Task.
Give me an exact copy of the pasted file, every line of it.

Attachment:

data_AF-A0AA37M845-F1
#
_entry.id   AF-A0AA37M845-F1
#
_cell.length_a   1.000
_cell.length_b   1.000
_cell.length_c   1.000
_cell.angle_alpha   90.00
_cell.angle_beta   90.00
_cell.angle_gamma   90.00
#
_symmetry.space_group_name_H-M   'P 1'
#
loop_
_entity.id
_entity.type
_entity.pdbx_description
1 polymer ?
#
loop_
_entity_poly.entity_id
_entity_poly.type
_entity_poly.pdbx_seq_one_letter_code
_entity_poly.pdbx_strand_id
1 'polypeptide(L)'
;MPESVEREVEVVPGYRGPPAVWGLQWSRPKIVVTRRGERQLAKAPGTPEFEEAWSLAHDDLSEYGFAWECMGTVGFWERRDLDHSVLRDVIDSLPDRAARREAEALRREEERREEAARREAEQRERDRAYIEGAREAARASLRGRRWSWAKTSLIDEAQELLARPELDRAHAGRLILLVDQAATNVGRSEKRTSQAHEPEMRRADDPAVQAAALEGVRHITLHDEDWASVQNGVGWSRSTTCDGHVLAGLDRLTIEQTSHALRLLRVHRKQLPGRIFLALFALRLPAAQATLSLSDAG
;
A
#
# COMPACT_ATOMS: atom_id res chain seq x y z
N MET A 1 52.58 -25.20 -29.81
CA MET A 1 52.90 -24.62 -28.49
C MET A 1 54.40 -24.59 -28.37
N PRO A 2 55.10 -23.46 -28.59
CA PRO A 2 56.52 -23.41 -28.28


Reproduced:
data_AF-A0AA37M845-F1
#
_entry.id   AF-A0AA37M845-F1
#
_cell.length_a   1.000
_cell.length_b   1.000
_cell.length_c   1.000
_cell.angle_alpha   90.00
_cell.angle_beta   90.00
_cell.angle_gamma   90.00
#
_symmetry.space_group_name_H-M   'P 1'
#
loop_
_entity.id
_entity.type
_entity.pdbx_description
1 polymer ?
#
loop_
_entity_poly.entity_id
_entity_poly.type
_entity_poly.pdbx_seq_one_letter_code
_entity_poly.pdbx_strand_id
1 'polypeptide(L)'
;MPESVEREVEVVPGYRGPPAVWGLQWSRPKIVVTRRGERQLAKAPGTPEFEEAWSLAHDDLSEYGFAWECMGTVGFWERRDLDHSVLRDVIDSLPDRAARREAEALRREEERREEAARREAEQRERDRAYIEGAREAARASLRGRRWSWAKTSLIDEAQELLARPELDRAHAGRLILLVDQAATNVGRSEKRTSQAHEPEMRRADDPAVQAAALEGVRHITLHDEDWASVQNGVGWSRSTTCDGHVLAGLDRLTIEQTSHALRLLRVHRKQLPGRIFLALFALRLPAAQATLSLSDAG
;
A
#
# COMPACT_ATOMS: atom_id res chain seq x y z
N MET A 1 52.58 -25.20 -29.81
CA MET A 1 52.90 -24.62 -28.49
C MET A 1 54.40 -24.59 -28.37
N PRO A 2 55.10 -23.46 -28.59
CA PRO A 2 56.52 -23.41 -28.28